About Your Credit Score
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Before lenders decide to lend you money, they have to know that you are willing and able to repay that loan. To assess whether you can repay, they assess your income and debt ratio. To assess your willingness to repay, they use your credit score.
The most commonly used credit scores are called FICO scores, which Fair Isaac & Company, a financial analytics agency, developed. Your FICO score ranges from 350 (high risk) to 850 (low risk). We've written more about FICO here.
Credit scores only assess the information contained in your credit profile. They don't consider income or personal characteristics. These scores were invented specifically for this reason. Credit scoring was envisioned as a way to take into account solely that which was relevant to a borrower's likelihood to pay back the lender.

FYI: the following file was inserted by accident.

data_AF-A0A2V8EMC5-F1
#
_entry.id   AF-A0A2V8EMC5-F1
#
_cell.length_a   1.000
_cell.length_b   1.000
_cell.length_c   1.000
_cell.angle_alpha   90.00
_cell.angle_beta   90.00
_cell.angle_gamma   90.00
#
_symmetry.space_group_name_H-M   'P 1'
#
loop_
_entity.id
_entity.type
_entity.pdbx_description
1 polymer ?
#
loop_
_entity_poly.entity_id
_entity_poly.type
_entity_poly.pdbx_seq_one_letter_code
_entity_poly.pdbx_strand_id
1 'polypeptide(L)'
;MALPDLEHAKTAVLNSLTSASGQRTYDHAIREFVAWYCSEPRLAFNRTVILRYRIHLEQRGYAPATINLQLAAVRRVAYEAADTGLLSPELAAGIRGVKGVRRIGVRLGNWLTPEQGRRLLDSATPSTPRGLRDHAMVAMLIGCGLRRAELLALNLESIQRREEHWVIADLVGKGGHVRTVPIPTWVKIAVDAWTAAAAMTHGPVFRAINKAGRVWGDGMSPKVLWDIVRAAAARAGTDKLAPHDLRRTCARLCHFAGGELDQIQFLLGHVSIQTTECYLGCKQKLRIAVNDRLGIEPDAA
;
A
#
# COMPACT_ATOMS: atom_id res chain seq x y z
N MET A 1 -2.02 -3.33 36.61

Deliquencies, derogatory payment behavior, debt level, length of credit history, types of credit and number of credit inquiries are all considered in credit scoring. Your score comes from both the good and the bad in your credit report. Late payments count against you, but a consistent record of paying on time will raise it.
Your report should have at least one account which has been open for six months or more, and at least one account that has been updated in the past six months for you to get a credit score. This history ensures that there is enough information in your credit to generate a score. Should you not meet the criteria for getting a score, you may need to establish a credit history prior to applying for a mortgage loan.